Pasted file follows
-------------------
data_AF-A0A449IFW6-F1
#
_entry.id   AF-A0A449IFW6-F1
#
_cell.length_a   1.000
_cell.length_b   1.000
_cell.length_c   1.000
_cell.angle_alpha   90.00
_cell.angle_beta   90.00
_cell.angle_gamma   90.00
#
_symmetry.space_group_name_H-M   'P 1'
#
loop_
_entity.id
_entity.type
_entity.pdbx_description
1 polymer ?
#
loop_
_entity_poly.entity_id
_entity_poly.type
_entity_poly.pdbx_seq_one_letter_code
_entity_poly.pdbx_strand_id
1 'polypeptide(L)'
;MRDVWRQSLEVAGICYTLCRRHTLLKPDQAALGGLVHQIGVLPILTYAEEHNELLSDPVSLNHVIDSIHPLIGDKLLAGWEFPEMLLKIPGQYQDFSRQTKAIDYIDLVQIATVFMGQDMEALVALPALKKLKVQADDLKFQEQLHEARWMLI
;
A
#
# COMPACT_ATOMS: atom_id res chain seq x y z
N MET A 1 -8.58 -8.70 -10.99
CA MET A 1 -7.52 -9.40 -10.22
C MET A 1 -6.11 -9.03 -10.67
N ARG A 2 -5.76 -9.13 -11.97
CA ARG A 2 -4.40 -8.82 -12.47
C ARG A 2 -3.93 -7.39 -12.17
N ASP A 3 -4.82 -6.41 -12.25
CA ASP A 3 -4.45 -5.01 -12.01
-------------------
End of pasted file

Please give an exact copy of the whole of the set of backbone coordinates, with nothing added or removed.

data_AF-A0A449IFW6-F1
#
_entry.id   AF-A0A449IFW6-F1
#
_cell.length_a   1.000
_cell.length_b   1.000
_cell.length_c   1.000
_cell.angle_alpha   90.00
_cell.angle_beta   90.00
_cell.angle_gamma   90.00
#
_symmetry.space_group_name_H-M   'P 1'
#
loop_
_entity.id
_entity.type
_entity.pdbx_description
1 polymer ?
#
loop_
_entity_poly.entity_id
_entity_poly.type
_entity_poly.pdbx_seq_one_letter_code
_entity_poly.pdbx_strand_id
1 'polypeptide(L)'
;MRDVWRQSLEVAGICYTLCRRHTLLKPDQAALGGLVHQIGVLPILTYAEEHNELLSDPVSLNHVIDSIHPLIGDKLLAGWEFPEMLLKIPGQYQDFSRQTKAIDYIDLVQIATVFMGQDMEALVALPALKKLKVQADDLKFQEQLHEARWMLI
;
A
#
# COMPACT_ATOMS: atom_id res chain seq x y z
N MET A 1 -8.58 -8.70 -10.99
CA MET A 1 -7.52 -9.40 -10.22
C MET A 1 -6.11 -9.03 -10.67
N ARG A 2 -5.76 -9.13 -11.97
CA ARG A 2 -4.40 -8.82 -12.47
C ARG A 2 -3.93 -7.39 -12.17
N ASP A 3 -4.82 -6.41 -12.25
CA ASP A 3 -4.45 -5.01 -12.01